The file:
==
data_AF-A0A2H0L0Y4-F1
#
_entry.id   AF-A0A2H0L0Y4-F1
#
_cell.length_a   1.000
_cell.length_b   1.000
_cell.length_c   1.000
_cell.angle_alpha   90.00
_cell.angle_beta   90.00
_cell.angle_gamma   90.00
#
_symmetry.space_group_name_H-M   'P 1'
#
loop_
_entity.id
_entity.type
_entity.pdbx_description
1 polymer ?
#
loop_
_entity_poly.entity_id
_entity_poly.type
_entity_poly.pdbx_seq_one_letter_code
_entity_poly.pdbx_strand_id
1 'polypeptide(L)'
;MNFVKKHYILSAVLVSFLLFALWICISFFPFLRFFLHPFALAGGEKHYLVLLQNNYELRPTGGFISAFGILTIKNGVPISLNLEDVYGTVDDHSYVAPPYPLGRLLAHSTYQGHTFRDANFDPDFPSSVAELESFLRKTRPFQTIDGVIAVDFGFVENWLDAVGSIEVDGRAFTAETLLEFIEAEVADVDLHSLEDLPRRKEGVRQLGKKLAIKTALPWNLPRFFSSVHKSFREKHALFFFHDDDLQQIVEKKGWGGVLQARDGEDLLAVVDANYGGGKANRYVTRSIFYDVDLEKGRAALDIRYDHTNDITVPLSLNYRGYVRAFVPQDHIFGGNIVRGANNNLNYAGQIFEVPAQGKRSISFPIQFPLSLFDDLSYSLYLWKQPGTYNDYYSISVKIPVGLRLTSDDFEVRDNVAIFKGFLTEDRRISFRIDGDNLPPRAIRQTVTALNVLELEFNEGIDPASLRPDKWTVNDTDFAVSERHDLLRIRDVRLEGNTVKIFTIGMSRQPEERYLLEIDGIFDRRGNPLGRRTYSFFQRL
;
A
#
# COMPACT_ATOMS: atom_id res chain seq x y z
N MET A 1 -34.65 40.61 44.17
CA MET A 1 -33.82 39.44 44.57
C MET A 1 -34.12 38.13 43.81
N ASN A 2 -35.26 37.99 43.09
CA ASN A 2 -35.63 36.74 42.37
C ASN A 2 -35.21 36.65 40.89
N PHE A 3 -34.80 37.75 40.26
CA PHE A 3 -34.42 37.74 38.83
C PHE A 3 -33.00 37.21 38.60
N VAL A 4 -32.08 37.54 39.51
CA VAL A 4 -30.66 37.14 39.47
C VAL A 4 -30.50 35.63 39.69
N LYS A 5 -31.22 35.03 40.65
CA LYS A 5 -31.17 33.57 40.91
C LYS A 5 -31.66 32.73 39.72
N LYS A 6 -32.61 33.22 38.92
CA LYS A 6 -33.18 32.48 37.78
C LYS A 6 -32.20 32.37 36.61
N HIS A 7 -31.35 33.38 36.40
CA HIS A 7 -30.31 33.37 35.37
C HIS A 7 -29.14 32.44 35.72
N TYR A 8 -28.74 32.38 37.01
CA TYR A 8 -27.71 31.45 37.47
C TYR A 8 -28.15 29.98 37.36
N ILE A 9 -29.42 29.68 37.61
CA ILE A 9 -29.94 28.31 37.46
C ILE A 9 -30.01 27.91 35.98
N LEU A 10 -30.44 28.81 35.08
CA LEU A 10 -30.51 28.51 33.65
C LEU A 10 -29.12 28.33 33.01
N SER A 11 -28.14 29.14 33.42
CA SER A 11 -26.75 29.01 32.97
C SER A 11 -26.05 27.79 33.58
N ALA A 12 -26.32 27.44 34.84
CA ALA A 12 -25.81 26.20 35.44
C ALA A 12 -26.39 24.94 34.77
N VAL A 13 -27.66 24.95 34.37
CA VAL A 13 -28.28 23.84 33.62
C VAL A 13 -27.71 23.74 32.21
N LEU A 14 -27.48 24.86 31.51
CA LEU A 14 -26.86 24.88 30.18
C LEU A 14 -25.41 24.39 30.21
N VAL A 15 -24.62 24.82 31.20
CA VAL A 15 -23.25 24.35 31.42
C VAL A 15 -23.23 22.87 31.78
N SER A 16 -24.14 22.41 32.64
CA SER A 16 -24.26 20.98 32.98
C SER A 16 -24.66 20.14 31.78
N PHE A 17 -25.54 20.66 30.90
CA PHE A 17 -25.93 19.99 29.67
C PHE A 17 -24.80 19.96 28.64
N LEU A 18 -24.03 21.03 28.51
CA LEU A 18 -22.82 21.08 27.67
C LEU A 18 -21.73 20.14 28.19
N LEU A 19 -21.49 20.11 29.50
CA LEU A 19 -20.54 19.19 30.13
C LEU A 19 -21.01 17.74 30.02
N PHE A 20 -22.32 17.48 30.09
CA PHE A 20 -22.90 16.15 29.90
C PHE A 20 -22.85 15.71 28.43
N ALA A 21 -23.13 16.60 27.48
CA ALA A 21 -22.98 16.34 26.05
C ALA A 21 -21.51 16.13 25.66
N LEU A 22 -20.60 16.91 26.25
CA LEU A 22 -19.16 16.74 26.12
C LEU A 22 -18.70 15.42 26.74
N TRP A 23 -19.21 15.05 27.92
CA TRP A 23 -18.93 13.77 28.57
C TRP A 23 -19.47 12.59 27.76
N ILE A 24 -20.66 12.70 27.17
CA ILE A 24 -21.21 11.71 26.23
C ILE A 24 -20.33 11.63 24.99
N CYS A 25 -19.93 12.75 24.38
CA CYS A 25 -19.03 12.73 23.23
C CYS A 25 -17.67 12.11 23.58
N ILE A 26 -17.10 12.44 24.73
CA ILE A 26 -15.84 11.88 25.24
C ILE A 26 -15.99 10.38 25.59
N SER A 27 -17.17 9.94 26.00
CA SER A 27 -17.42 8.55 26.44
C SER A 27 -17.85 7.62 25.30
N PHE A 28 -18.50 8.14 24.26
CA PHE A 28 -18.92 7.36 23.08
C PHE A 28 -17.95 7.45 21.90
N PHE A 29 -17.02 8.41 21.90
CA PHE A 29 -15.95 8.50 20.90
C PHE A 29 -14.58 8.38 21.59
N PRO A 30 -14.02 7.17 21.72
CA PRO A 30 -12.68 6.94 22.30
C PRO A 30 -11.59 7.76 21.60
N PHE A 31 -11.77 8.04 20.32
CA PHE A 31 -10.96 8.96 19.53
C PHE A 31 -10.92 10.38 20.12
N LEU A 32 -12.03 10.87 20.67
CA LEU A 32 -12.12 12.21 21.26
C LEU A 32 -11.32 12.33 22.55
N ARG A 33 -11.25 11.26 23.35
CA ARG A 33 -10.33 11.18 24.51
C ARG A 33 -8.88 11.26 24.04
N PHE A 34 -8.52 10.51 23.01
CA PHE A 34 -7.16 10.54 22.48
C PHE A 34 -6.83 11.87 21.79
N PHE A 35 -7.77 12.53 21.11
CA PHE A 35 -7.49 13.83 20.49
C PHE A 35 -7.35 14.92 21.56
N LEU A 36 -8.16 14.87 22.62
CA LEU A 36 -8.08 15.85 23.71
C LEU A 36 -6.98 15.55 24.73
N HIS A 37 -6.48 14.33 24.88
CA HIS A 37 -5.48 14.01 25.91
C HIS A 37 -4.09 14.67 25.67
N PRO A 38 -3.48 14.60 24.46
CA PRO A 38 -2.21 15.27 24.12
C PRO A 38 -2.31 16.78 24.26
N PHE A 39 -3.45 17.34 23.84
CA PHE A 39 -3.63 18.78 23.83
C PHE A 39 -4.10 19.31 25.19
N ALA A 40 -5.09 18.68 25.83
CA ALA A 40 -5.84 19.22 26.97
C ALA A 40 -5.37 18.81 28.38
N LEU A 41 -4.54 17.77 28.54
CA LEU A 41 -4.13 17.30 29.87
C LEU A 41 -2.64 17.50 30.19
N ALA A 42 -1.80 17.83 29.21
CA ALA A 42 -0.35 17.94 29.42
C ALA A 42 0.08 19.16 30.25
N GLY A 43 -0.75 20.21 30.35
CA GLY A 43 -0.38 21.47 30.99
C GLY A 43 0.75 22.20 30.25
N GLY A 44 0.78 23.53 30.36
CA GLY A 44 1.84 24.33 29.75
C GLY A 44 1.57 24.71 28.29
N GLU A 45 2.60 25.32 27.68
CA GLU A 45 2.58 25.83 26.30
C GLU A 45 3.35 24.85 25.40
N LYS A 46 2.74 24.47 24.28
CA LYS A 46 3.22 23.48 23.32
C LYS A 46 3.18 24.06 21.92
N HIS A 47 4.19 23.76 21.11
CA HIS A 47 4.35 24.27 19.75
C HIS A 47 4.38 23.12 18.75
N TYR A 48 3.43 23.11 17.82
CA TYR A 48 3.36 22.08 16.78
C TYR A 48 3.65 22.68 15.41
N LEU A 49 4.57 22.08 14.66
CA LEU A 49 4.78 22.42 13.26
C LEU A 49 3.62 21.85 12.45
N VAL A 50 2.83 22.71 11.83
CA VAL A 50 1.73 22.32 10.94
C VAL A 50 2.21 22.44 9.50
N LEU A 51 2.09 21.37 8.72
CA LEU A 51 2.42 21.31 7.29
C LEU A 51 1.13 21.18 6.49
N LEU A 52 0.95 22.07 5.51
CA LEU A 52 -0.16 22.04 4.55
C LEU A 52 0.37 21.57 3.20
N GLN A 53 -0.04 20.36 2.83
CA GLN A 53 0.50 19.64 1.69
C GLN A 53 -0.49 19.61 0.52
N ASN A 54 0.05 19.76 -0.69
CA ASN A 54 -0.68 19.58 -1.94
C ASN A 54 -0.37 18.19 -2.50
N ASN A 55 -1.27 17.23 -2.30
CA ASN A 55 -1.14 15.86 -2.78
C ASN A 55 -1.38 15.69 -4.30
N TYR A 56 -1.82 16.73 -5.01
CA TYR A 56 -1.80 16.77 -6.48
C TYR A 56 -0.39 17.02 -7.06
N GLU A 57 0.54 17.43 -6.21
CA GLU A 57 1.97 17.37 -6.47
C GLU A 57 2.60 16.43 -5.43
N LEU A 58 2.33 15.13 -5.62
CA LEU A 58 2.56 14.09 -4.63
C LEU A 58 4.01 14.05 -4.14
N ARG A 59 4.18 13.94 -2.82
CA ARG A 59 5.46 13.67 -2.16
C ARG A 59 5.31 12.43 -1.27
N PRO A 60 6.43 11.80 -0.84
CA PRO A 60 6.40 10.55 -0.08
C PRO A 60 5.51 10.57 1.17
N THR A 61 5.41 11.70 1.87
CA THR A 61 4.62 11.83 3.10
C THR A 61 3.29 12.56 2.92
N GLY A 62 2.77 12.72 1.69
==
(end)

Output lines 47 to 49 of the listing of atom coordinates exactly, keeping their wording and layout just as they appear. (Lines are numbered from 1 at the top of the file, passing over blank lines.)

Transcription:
CA LYS A 6 -33.18 32.48 37.78
C LYS A 6 -32.20 32.37 36.61
N HIS A 7 -31.35 33.38 36.40